You may recall the chavista National Assembly appointing 33 woefully unfit individuals as new TSJ justices in December 2015, violating its own procedures. The new National Assembly declared that appointment illegal and announced that they would appoint 33 new justices. A year and a half later, we’ve reached the day.
These are our new justices.
What do we know about our new highest judges, the ones who will be up for the monumental challenge of restoring the rule of law in Venezuela? Well, I know a truckload of lawyers and I have no idea who these guys are.
The new justices are rather obscure individuals, and I don’t mean “obscure” to casual viewers, I mean people unknown in Venezuelan legal circles. Prominent lawyers associated with MUD, like Jesús María Casal or Tamara Adrián, are not included.
Part of me can’t stop thinking that we needed the best people for this job and we didn’t get it.
Regrettably, most of the big names from the candidates list such as Tulio Álvarez Ledo, well-known practitioner and academic; Nelson Chitty la Roche, former copeyano congressman and university professor; Sonia Sgambatti, former congresswoman and feminist scholar; and Mildred Camero, former head of the National Anti-Drugs Commission and retired criminal judge, did not make the cut.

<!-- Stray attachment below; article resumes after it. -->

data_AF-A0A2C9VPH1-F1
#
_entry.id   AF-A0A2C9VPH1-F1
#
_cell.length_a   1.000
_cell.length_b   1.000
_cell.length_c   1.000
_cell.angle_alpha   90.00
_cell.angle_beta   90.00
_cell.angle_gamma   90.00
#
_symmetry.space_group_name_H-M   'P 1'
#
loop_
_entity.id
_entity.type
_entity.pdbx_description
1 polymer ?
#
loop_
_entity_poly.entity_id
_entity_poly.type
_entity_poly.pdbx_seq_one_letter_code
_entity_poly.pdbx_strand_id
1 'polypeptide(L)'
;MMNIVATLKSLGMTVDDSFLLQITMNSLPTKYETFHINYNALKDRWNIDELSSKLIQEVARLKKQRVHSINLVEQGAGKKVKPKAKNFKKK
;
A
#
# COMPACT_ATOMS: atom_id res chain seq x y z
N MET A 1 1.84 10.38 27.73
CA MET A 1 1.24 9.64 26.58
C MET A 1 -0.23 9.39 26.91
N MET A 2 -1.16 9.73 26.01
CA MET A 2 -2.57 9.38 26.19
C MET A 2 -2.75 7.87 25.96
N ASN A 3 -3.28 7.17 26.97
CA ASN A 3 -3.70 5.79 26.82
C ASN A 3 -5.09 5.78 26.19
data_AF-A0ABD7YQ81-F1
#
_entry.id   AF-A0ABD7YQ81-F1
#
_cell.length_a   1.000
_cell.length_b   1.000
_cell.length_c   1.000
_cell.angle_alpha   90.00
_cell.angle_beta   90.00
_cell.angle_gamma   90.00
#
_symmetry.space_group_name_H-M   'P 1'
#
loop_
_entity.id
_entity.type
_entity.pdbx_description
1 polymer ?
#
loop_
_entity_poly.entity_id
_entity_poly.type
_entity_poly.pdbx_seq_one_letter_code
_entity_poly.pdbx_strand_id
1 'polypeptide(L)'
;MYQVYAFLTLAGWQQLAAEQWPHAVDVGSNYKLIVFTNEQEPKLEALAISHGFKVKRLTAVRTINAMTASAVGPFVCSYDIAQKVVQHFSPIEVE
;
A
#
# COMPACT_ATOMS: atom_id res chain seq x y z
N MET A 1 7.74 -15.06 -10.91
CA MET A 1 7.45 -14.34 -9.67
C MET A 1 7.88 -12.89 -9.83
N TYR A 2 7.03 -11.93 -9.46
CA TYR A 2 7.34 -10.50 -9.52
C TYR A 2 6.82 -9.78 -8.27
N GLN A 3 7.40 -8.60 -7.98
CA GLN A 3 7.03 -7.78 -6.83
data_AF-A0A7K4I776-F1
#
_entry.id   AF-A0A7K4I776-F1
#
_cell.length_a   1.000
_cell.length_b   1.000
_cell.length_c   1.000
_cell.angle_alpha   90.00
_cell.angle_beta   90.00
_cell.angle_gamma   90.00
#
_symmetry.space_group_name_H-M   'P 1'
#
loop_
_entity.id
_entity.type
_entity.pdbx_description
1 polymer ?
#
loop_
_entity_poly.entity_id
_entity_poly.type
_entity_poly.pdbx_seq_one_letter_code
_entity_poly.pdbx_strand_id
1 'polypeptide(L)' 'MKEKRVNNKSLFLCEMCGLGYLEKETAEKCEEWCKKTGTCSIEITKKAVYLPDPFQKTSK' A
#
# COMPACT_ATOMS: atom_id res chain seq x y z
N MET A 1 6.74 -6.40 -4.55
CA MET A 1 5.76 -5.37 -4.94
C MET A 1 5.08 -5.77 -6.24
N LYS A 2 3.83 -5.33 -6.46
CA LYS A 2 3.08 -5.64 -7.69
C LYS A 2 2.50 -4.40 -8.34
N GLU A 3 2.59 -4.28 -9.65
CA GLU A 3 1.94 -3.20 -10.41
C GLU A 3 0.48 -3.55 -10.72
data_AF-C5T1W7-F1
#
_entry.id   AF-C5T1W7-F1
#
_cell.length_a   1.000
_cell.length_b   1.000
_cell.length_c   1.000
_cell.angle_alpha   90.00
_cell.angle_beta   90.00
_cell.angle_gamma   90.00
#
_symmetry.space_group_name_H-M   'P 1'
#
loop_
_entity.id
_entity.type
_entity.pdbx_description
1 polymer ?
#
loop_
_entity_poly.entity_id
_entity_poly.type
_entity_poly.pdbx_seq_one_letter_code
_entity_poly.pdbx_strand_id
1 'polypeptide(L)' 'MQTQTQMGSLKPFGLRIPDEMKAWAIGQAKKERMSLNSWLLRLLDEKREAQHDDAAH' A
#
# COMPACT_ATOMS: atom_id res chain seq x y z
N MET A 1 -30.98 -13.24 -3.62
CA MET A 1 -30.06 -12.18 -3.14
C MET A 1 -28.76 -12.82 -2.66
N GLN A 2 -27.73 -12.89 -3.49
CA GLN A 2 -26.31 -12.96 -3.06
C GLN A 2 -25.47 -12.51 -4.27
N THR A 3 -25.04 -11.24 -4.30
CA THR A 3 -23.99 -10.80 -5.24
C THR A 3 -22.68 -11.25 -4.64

The reasons are nebulous. I can think of many brilliant lawyers, from academia and private practice, who’d make terrific justices. One can cynically think that the cogollo practices of the cuarta that led to the corrupt and unprofessional justice we had before chavismo played a role in this selection. However, I think the real culprit here is fear. And a very rational one for that matter. We have a sad history of incredibly accomplished, honest and law-abiding citizens imprisoned under kafkaesque circumstances for the sole crime of daring to oppose the government and, in this case, the knives were out even before today’s appointment.
I mean, it’s understandable to not want to switch your corner office at the law firm for a cell in Ramo Verde, and I recognize the bravery of the new justices in accepting their appointments in spite of almost-certain criminal prosecution. A sad irony is that the fact that they are mostly unknown will make it easier for the government to prosecute them. However, part of me can’t stop thinking that we needed the best people for this job and we didn’t get them. I hope to be proven wrong.Caracas Chronicles is 100% reader-supported. Support independent Venezuelan journalism by making a donation.